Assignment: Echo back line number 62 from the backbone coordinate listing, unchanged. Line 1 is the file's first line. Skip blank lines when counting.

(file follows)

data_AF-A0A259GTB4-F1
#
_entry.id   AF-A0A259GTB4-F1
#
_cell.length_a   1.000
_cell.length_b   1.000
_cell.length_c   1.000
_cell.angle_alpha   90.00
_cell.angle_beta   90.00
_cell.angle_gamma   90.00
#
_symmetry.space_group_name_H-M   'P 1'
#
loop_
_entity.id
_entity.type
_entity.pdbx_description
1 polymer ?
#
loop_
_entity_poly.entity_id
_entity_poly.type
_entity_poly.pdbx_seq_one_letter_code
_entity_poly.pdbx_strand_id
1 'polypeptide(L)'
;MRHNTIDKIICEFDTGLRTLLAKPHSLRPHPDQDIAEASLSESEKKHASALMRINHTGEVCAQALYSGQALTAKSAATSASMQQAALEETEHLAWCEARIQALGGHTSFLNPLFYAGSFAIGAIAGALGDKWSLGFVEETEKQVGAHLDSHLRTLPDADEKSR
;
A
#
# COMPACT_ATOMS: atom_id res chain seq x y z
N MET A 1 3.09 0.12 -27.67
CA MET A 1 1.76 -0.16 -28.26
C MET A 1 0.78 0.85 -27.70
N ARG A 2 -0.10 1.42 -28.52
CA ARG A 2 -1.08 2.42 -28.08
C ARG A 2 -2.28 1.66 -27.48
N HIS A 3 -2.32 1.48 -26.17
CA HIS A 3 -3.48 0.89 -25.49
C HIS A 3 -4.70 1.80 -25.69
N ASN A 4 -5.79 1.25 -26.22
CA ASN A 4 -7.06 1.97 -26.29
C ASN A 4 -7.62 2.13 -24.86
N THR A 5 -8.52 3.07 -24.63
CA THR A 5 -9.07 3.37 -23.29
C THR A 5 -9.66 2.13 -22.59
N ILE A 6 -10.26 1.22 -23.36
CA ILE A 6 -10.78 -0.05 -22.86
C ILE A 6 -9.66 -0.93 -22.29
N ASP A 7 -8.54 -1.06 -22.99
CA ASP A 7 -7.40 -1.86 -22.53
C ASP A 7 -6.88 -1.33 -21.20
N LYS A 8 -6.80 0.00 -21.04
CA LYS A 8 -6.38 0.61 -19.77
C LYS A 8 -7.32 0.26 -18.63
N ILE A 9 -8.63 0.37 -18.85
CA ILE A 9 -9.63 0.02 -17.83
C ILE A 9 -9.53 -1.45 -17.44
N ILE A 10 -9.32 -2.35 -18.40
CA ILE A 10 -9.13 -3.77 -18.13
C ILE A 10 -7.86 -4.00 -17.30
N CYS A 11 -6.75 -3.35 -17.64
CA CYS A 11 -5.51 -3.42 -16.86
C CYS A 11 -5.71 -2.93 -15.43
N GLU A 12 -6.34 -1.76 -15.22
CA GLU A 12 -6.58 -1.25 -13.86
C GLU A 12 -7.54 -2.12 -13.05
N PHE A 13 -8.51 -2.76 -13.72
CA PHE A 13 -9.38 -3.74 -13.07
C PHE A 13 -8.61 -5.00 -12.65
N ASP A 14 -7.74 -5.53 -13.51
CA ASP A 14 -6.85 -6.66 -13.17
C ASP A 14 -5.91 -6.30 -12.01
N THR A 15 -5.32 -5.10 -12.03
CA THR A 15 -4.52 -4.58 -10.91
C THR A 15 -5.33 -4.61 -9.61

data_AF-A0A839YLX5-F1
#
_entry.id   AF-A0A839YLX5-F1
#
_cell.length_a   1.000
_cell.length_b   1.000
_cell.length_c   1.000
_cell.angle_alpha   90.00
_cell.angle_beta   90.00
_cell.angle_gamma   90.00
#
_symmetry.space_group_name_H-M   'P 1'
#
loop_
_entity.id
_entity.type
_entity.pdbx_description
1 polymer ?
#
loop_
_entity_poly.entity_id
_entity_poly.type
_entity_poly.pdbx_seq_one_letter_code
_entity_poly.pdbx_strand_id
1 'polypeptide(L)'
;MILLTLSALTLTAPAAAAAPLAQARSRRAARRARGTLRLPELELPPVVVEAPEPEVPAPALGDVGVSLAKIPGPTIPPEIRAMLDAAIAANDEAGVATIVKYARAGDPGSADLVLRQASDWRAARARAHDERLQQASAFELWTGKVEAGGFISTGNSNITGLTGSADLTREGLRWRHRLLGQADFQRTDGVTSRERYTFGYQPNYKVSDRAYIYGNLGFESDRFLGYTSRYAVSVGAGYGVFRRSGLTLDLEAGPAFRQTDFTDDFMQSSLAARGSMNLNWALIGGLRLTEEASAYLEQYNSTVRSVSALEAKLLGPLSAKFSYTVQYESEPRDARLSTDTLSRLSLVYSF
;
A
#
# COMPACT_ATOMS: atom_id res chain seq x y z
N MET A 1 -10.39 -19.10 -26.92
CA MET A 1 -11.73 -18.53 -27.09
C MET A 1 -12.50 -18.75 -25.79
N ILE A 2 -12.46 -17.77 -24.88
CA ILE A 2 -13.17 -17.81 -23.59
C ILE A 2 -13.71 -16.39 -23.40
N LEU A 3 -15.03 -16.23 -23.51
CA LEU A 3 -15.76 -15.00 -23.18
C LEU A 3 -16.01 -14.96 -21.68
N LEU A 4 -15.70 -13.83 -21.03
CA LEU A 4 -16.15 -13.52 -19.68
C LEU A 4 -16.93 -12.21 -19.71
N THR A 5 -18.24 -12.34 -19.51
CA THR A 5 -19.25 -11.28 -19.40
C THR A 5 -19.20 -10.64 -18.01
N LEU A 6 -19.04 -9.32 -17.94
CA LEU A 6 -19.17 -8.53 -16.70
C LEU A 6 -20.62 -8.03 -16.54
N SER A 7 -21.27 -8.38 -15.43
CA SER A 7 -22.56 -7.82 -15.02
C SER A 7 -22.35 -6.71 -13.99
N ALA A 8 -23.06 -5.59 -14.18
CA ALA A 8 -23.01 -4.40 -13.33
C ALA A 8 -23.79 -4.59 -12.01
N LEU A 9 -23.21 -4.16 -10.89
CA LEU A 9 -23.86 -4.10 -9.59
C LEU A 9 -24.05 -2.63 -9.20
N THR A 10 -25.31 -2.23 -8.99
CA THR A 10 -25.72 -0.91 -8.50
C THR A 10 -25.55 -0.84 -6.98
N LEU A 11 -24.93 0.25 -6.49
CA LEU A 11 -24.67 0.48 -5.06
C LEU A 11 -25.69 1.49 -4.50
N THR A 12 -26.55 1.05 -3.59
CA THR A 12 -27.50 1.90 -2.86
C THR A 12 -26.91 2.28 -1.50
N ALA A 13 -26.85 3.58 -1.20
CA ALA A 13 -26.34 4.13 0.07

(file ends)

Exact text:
CA CYS A 11 -5.51 -3.42 -16.86